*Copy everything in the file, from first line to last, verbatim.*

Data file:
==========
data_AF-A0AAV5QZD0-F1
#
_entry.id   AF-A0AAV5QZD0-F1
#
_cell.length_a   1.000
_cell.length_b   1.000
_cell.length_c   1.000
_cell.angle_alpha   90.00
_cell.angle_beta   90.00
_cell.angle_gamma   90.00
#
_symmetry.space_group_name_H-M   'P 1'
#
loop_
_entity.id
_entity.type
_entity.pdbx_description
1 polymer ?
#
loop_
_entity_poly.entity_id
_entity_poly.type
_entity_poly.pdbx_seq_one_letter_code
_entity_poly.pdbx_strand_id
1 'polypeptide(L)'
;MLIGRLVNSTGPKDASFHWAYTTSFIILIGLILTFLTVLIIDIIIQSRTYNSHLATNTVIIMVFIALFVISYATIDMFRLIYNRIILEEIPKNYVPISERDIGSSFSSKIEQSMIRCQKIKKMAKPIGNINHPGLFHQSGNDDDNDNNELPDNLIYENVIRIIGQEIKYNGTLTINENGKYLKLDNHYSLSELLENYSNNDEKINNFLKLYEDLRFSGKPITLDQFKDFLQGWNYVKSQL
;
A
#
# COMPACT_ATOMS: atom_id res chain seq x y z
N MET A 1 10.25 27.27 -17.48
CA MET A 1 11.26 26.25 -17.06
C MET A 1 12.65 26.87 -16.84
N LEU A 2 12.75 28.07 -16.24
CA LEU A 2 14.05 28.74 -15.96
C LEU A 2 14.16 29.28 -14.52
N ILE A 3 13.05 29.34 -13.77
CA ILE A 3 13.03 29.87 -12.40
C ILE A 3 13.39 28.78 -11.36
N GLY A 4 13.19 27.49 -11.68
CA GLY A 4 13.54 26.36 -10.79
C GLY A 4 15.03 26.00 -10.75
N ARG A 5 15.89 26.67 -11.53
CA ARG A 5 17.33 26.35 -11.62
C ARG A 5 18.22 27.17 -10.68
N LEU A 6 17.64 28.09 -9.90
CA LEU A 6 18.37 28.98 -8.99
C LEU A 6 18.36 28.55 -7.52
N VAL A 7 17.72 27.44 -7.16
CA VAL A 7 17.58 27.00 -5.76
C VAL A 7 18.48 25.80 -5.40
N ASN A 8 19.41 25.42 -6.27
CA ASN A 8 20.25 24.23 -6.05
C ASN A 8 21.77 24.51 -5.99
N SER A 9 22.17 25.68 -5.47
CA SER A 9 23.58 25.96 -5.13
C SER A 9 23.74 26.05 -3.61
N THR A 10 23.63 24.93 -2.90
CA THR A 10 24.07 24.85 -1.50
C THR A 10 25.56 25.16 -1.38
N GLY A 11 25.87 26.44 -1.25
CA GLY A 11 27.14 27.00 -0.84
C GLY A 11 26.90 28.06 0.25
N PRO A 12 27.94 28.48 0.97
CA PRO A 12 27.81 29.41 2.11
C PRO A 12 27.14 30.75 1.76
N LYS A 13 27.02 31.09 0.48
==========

data_AF-A0AAV5QZD0-F1
#
_entry.id   AF-A0AAV5QZD0-F1
#
_cell.length_a   1.000
_cell.length_b   1.000
_cell.length_c   1.000
_cell.angle_alpha   90.00
_cell.angle_beta   90.00
_cell.angle_gamma   90.00
#
_symmetry.space_group_name_H-M   'P 1'
#
loop_
_entity.id
_entity.type
_entity.pdbx_description
1 polymer ?
#
loop_
_entity_poly.entity_id
_entity_poly.type
_entity_poly.pdbx_seq_one_letter_code
_entity_poly.pdbx_strand_id
1 'polypeptide(L)'
;MLIGRLVNSTGPKDASFHWAYTTSFIILIGLILTFLTVLIIDIIIQSRTYNSHLATNTVIIMVFIALFVISYATIDMFRLIYNRIILEEIPKNYVPISERDIGSSFSSKIEQSMIRCQKIKKMAKPIGNINHPGLFHQSGNDDDNDNNELPDNLIYENVIRIIGQEIKYNGTLTINENGKYLKLDNHYSLSELLENYSNNDEKINNFLKLYEDLRFSGKPITLDQFKDFLQGWNYVKSQL
;
A
#
# COMPACT_ATOMS: atom_id res chain seq x y z
N MET A 1 10.25 27.27 -17.48
CA MET A 1 11.26 26.25 -17.06
C MET A 1 12.65 26.87 -16.84
N LEU A 2 12.75 28.07 -16.24
CA LEU A 2 14.05 28.74 -15.96
C LEU A 2 14.16 29.28 -14.52
N ILE A 3 13.05 29.34 -13.77
CA ILE A 3 13.03 29.87 -12.40
C ILE A 3 13.39 28.78 -11.36
N GLY A 4 13.19 27.49 -11.68
CA GLY A 4 13.54 26.36 -10.79
C GLY A 4 15.03 26.00 -10.75
N ARG A 5 15.89 26.67 -11.53
CA ARG A 5 17.33 26.35 -11.62
C ARG A 5 18.22 27.17 -10.68
N LEU A 6 17.64 28.09 -9.90
CA LEU A 6 18.37 28.98 -8.99
C LEU A 6 18.36 28.55 -7.52
N VAL A 7 17.72 27.44 -7.16
CA VAL A 7 17.58 27.00 -5.76
C VAL A 7 18.48 25.80 -5.40
N ASN A 8 19.41 25.42 -6.27
CA ASN A 8 20.25 24.23 -6.05
C ASN A 8 21.77 24.51 -5.99
N SER A 9 22.17 25.68 -5.47
CA SER A 9 23.58 25.96 -5.13
C SER A 9 23.74 26.05 -3.61
N THR A 10 23.63 24.93 -2.90
CA THR A 10 24.07 24.85 -1.50
C THR A 10 25.56 25.16 -1.38
N GLY A 11 25.87 26.44 -1.25
CA GLY A 11 27.14 27.00 -0.84
C GLY A 11 26.90 28.06 0.25
N PRO A 12 27.94 28.48 0.97
CA PRO A 12 27.81 29.41 2.11
C PRO A 12 27.14 30.75 1.76
N LYS A 13 27.02 31.09 0.48